ZEUXIS
OR
CENTAURS AND ELEPHANTS

(One of a series of talks)

I WAS just going home after giving my last talk, when several members of the audience came up to me - I'm sure there's no harm in saying this sort of thing among friends, as you all are by now - well, as I say, they came up to me, shook me warmly by the hand, and seemed much impressed by my performance. They followed me down the road, calling out all kinds of complimentary remarks, until I began to feel quite embarrassed, realizing how little I'd done to deserve it. But the chief point they made, the one feature they all picked out for special praise, was the paradoxical nature of my ideas. Perhaps I'd better quote their actual words:

'Such originality!' they exclaimed. 'So wonderfully unusual! The man's a genius! How on earth does he think of such things?'

They made several other such comments, which evidently expressed their genuine reactions to my talk - for what reason had they to lie? Why should they wish to flatter a perfect stranger, who wasn't worth bothering about from any other point ofview? However, I must admit that I found this praise of theirs extremely annoying, and when they finally went off and left me to myself, I started thinking:

'So the one and only charm of my productions is that they're off the beaten track! As for any beauty of phrasing, conceived on classical lines, any acuteness, or profundity, or Attic grace, or polished style, or architectonic skill, apparently there's nothing of that sort in my work whatever! If there were, they wouldn't ignore it, and only praise the novelty of my material.'

Notes for this page

Add a new note
If you are trying to select text to create highlights or citations, remember that you must now click or tap on the first word, and then click or tap on the last word.
One moment ...
Default project is now your active project.
Project items

Items saved from this book

This book has been saved
Highlights (0)
Some of your highlights are legacy items.

Highlights saved before July 30, 2012 will not be displayed on their respective source pages.

You can easily re-create the highlights by opening the book page or article, selecting the text, and clicking “Highlight.”

Citations (0)
Some of your citations are legacy items.

Any citation created before July 30, 2012 will labeled as a “Cited page.” New citations will be saved as cited passages, pages or articles.

We also added the ability to view new citations from your projects or the book or article where you created them.

Notes (0)
Bookmarks (0)

You have no saved items from this book

Project items include:
  • Saved book/article
  • Highlights
  • Quotes/citations
  • Notes
  • Bookmarks
Notes
Cite this page

Cited page

Style
Citations are available only to our active members.
Sign up now to cite pages or passages in MLA, APA and Chicago citation styles.

(Einhorn, 1992, p. 25)

(Einhorn 25)

1

1. Lois J. Einhorn, Abraham Lincoln, the Orator: Penetrating the Lincoln Legend (Westport, CT: Greenwood Press, 1992), 25, http://www.questia.com/read/27419298.

Cited page

Bookmark this page
Satirical Sketches
Table of contents

Table of contents

  • Lucian - Satirical Sketches *
  • Contents *
  • Introduction *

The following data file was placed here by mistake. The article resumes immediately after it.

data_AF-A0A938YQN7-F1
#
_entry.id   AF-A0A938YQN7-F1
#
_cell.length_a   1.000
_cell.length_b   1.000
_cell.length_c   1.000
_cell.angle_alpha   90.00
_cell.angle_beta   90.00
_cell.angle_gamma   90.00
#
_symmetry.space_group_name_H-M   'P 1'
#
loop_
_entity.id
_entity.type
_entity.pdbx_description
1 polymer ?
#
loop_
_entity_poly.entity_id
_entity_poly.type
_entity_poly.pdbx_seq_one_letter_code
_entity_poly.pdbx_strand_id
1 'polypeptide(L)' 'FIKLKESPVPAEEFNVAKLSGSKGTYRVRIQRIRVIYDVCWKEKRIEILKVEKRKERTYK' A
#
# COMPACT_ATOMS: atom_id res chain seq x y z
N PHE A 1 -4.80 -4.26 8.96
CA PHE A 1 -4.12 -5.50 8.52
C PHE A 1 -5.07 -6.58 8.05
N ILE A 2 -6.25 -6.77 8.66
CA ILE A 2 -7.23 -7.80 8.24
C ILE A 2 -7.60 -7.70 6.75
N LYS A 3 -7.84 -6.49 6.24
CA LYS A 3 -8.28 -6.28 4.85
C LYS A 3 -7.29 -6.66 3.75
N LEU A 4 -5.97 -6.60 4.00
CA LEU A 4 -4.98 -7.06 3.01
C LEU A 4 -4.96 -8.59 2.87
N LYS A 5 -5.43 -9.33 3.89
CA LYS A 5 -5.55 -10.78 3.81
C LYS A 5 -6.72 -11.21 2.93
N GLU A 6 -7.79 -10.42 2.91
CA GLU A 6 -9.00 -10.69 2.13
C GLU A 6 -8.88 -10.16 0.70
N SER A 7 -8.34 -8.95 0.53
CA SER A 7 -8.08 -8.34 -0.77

• Talks *
  • The Dream or a Chapter of My Life 23
  • Zeuxis or Centaurs and Elephants *
  • Sketches *
  • Conversations in Low Society *
  • Mother Knows Best or a Young Girl's Guide to Success *
  • The Language of True Love 41
  • The Results of Shooting a Line 43
  • Conversations in High Society *
  • The New Sleeping Partner *
  • Zeus is Indisposed 51
  • The Reluctant Parent 53
  • A Beauty Competition 55
  • Conversations in the Underworld *
  • No Baggage Allowance *
  • Menippus Gets Away with It 72
  • A Slight Change of Sex 74
  • How to Enjoy Life after Seventy 75
  • Charon Sees Life *
  • Menippus Goes to Hell *
  • Icaromenippus or Up in the Clouds *
  • An Interview with Hesiod *
  • Some Awkward Questions for Zeus *
  • Philosophies Going Cheap *
  • Fishing for Phonies or the Philosophers' Day out *
  • The Pathological Liar or the Unbeliever *
  • Stories *
  • Alexander or the Bogus Oracle *
  • The True History *
  • Notes and Glossary *
  • Notes *
  • Glossary *
Settings

Settings

Typeface
Text size Smaller Larger Reset View mode
Search within

Search within this book

Look up

Look up a word

  • Dictionary
  • Thesaurus
Please submit a word or phrase above.
Print this page

Print this page

Why can't I print more than one page at a time?

Full screen
/ 320

matching results for page

Cited passage

Style
Citations are available only to our active members.
Sign up now to cite pages or passages in MLA, APA and Chicago citation styles.

"Portraying himself as an honest, ordinary person helped Lincoln identify with his audiences." (Einhorn, 1992, p. 25).

"Portraying himself as an honest, ordinary person helped Lincoln identify with his audiences." (Einhorn 25)

"Portraying himself as an honest, ordinary person helped Lincoln identify with his audiences."1

1. Lois J. Einhorn, Abraham Lincoln, the Orator: Penetrating the Lincoln Legend (Westport, CT: Greenwood Press, 1992), 25, http://www.questia.com/read/27419298.

Cited passage

Thanks for trying Questia!

Please continue trying out our research tools, but please note, full functionality is available only to our active members.

Your work will be lost once you leave this Web page.

For full access in an ad-free environment, sign up now for a FREE, 1-day trial.

Already a member? Log in now.